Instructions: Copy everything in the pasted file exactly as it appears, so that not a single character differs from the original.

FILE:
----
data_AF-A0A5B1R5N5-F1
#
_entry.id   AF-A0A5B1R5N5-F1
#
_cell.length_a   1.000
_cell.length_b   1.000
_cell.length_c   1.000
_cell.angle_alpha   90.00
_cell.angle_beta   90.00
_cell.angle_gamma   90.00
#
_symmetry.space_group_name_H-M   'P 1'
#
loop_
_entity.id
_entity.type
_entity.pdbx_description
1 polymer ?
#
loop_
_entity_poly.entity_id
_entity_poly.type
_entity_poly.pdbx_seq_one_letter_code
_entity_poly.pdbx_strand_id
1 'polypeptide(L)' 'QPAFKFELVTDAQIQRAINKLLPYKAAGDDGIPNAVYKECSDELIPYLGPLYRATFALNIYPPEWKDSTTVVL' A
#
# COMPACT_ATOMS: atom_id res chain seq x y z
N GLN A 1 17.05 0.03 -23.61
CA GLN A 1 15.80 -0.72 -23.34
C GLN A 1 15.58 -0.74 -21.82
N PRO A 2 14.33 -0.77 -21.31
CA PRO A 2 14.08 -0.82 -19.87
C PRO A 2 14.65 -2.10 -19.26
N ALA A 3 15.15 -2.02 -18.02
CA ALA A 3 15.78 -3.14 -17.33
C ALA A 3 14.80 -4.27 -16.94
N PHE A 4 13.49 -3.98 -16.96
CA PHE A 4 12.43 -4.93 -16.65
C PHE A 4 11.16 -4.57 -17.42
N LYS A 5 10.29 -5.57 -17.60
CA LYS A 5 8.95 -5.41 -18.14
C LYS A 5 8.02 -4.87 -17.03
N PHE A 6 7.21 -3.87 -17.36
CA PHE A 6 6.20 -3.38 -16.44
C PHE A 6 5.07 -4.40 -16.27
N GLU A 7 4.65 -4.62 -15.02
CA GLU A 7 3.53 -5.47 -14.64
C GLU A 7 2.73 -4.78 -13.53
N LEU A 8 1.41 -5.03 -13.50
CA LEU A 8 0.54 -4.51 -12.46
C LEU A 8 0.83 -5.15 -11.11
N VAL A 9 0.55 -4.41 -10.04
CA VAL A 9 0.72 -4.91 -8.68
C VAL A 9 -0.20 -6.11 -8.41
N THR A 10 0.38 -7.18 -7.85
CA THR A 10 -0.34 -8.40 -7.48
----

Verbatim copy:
data_AF-A0A5B1R5N5-F1
#
_entry.id   AF-A0A5B1R5N5-F1
#
_cell.length_a   1.000
_cell.length_b   1.000
_cell.length_c   1.000
_cell.angle_alpha   90.00
_cell.angle_beta   90.00
_cell.angle_gamma   90.00
#
_symmetry.space_group_name_H-M   'P 1'
#
loop_
_entity.id
_entity.type
_entity.pdbx_description
1 polymer ?
#
loop_
_entity_poly.entity_id
_entity_poly.type
_entity_poly.pdbx_seq_one_letter_code
_entity_poly.pdbx_strand_id
1 'polypeptide(L)' 'QPAFKFELVTDAQIQRAINKLLPYKAAGDDGIPNAVYKECSDELIPYLGPLYRATFALNIYPPEWKDSTTVVL' A
#
# COMPACT_ATOMS: atom_id res chain seq x y z
N GLN A 1 17.05 0.03 -23.61
CA GLN A 1 15.80 -0.72 -23.34
C GLN A 1 15.58 -0.74 -21.82
N PRO A 2 14.33 -0.77 -21.31
CA PRO A 2 14.08 -0.82 -19.87
C PRO A 2 14.65 -2.10 -19.26
N ALA A 3 15.15 -2.02 -18.02
CA ALA A 3 15.78 -3.14 -17.33
C ALA A 3 14.80 -4.27 -16.94
N PHE A 4 13.49 -3.98 -16.96
CA PHE A 4 12.43 -4.93 -16.65
C PHE A 4 11.16 -4.57 -17.42
N LYS A 5 10.29 -5.57 -17.60
CA LYS A 5 8.95 -5.41 -18.14
C LYS A 5 8.02 -4.87 -17.03
N PHE A 6 7.21 -3.87 -17.36
CA PHE A 6 6.20 -3.38 -16.44
C PHE A 6 5.07 -4.40 -16.27
N GLU A 7 4.65 -4.62 -15.02
CA GLU A 7 3.53 -5.47 -14.64
C GLU A 7 2.73 -4.78 -13.53
N LEU A 8 1.41 -5.03 -13.50
CA LEU A 8 0.54 -4.51 -12.46
C LEU A 8 0.83 -5.15 -11.11
N VAL A 9 0.55 -4.41 -10.04
CA VAL A 9 0.72 -4.91 -8.68
C VAL A 9 -0.20 -6.11 -8.41
N THR A 10 0.38 -7.18 -7.85
CA THR A 10 -0.34 -8.40 -7.48